Mundesley Dad’s dream to teach building blocks of historic trade
It is one of civilisation's oldest professions and these master tradesmen were once revered as holding magical secrets to carry out their work.
Now one man is aiming to ensure the traditional skills of stone masonry continue - to protect the sorts of monuments, churches and cathedrals he has himself helped lovingly to restore in Norfolk and beyond.
John Briggs, 56, has been a stone mason for 40 years and wants to furnish youngsters with the same skills and expertise he has built up by opening a training school.
He followed his father - who trained at St Paul's Cathedral in London- into the trade and underwent a four-and-a-half-year apprenticeship in his native London before moving to north Norfolk and becoming self-employed.
Since moving to Mundesley he has worked on Greyfriars Tower in King's Lynn, Langley Abbey in Loddon and more recently St Michael Coslany in Norwich, adding to an impressive CV which includes jobs at Westminster University, Rochester Cathedral and Bodium Castle.
It has been a long-held dream to open a training school, which would teach students by working with him and other tradesmen on site, as he believes the current training available to youngsters does not equip them with the necessary skills.
Mr Briggs said: 'It has always bothered me that the UK NVQs are considered a good way to teach and pass on the specialist knowledge required. With all due respect to the people who today are the trainers or teachers, most of them only had basic training.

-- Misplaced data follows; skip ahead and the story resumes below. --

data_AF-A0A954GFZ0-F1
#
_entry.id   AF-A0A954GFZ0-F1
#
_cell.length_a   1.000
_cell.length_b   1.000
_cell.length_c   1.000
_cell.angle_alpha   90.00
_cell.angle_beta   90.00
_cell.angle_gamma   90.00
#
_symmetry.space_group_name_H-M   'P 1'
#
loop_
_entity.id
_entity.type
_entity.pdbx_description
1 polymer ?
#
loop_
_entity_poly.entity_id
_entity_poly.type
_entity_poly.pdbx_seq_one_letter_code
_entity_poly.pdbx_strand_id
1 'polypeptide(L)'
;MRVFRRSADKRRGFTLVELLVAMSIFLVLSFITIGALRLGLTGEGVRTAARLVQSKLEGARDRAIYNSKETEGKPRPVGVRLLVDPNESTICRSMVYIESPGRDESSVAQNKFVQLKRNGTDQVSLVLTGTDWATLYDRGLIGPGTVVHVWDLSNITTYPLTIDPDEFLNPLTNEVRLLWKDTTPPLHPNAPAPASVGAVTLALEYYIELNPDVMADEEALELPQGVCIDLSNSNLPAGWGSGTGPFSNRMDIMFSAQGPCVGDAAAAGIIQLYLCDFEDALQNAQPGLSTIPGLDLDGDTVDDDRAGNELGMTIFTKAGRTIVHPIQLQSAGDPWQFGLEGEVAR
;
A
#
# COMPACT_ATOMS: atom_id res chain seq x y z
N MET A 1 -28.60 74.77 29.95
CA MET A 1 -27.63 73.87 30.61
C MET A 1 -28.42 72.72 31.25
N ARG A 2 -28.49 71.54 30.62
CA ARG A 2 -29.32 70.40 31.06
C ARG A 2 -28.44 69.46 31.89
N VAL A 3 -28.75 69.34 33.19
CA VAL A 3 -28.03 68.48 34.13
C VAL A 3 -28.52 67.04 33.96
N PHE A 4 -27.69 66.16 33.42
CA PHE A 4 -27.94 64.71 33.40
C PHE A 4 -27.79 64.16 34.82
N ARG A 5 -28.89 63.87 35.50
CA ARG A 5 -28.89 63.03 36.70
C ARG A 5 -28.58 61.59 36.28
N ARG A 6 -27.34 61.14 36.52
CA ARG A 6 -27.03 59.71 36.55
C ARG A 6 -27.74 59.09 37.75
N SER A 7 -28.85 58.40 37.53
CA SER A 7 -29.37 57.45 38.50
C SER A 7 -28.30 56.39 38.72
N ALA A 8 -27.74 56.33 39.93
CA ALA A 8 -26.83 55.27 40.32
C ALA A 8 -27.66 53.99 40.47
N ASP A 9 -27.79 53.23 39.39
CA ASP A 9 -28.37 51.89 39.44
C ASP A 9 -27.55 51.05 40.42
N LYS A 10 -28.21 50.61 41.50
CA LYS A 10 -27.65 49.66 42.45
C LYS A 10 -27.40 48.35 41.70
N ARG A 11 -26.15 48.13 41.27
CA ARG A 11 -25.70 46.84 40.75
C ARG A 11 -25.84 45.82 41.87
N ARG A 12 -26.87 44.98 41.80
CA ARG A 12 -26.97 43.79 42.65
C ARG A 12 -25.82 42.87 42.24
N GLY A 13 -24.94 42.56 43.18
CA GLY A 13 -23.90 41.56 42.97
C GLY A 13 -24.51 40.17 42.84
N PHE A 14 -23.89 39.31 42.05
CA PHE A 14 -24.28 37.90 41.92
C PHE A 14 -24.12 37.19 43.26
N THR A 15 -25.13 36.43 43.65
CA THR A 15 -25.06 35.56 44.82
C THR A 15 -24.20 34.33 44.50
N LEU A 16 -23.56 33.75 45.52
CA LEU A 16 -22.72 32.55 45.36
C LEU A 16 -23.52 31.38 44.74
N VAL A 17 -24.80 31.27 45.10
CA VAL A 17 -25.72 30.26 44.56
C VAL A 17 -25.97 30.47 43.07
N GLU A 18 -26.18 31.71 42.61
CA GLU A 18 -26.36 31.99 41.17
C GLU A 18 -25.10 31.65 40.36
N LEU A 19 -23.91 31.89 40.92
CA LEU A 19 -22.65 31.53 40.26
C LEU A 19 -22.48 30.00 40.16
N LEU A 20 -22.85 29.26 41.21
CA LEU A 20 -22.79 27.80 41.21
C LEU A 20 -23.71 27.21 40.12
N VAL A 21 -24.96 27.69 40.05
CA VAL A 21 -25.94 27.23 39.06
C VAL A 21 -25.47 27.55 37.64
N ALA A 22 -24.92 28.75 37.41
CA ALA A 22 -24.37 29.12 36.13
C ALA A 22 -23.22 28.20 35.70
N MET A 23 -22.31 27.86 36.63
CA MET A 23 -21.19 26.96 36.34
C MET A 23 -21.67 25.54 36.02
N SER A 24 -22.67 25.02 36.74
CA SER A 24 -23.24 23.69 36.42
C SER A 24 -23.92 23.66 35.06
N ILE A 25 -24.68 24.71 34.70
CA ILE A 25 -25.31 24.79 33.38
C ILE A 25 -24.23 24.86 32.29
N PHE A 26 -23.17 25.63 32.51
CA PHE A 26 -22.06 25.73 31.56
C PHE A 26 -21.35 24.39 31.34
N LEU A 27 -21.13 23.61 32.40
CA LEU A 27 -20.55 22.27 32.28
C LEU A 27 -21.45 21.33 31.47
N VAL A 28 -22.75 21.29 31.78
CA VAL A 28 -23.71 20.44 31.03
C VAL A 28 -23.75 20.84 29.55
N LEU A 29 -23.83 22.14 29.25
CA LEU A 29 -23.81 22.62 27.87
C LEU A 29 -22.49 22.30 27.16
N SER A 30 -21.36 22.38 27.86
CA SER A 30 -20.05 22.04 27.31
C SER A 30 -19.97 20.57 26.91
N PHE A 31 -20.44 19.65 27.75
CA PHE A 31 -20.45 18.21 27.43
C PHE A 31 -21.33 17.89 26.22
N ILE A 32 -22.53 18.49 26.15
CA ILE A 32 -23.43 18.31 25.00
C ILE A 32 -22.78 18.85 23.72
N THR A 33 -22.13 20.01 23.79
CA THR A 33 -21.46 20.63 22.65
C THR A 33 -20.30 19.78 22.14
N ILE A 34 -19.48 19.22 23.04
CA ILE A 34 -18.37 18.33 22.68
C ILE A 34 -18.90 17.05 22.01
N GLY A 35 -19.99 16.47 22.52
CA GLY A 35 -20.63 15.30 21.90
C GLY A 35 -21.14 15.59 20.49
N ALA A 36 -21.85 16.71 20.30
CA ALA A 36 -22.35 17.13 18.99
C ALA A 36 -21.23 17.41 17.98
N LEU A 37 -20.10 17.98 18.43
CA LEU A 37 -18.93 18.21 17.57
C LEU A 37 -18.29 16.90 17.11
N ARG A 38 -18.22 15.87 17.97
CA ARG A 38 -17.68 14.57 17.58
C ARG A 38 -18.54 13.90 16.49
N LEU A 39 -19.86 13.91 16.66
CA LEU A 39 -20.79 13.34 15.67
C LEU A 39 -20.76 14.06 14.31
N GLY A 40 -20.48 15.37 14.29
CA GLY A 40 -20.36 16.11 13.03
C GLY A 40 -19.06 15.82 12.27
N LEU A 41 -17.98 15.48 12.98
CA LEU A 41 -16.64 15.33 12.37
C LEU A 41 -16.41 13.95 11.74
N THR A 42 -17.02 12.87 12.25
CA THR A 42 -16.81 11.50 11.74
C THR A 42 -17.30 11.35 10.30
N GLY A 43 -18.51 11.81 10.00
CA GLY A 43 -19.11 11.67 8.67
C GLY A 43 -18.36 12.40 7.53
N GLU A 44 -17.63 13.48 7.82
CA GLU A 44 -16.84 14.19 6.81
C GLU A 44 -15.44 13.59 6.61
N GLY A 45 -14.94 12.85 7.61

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'I was very lucky because I was one of the first apprentices a lot of people had seen for over 20 years and I was surrounded by masons and tradesmen who enjoyed what they did and found great pleasure in passing on their knowledge.
'I have got a passion for it but no one teaches it the way I was.'
His plans have been fuelled by two trips to Europe to study stone masonry after he successfully applied for a travelling fellowship through the Winston Churchill Memorial Trust.
The trust awards grants to British citizens from varied backgrounds to travel overseas and bring back knowledge and best practice for the benefit of others in their profession.
And Mr Briggs' travels - which included France, Germany, Holland, Spain and Austria - armed him with a wealth of ideas to help his training scheme and stoked his passion to get it up and running.
'I wanted to see what was available in Europe for teaching and training compared to what we have got because we do get left behind,' he said. 'In France they have got a group called the Compagnons, which has got 40 huge training establishments all round France.
'They still do seven year apprenticeships and they encourage their apprentices to travel from one to the other - masons have to do a year at each so the experience they get going round is incredible.'
The dad-of-four's ultimate dream would be to set up a similar scheme in England, using the country's 42 cathedrals - most of which already have on-site workshops - as training bases.
For now, however, he is looking for a suitable premises where he could establish his academy and thought Norfolk and its plethora of churches provided a perfect base.
He added: 'My ideal is to find a church that needs a lot of work doing to it and set up a workshop inside and train people on site. Once you have got a premises the door opens.'
? Anyone interested in supporting Mr Briggs' scheme - or knows of a premises he could use - can email him on email@example.com